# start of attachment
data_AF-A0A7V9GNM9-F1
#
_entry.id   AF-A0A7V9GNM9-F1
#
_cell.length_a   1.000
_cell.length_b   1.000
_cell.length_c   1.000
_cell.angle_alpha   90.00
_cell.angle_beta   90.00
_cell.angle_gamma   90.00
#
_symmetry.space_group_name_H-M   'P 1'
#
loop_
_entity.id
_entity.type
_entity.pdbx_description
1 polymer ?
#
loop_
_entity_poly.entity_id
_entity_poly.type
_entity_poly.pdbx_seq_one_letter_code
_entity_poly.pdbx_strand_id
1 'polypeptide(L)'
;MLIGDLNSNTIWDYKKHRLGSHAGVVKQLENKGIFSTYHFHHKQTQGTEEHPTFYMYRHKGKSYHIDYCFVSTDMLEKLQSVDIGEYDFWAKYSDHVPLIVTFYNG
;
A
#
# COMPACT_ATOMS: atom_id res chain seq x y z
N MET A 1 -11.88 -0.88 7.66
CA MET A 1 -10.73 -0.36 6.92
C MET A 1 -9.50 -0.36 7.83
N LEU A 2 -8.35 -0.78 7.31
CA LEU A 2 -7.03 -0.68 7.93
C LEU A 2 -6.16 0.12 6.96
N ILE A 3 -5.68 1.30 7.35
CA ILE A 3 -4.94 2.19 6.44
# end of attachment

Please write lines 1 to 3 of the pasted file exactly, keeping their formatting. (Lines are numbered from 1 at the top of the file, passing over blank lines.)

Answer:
data_AF-A0A7V9GNM9-F1
#
_entry.id   AF-A0A7V9GNM9-F1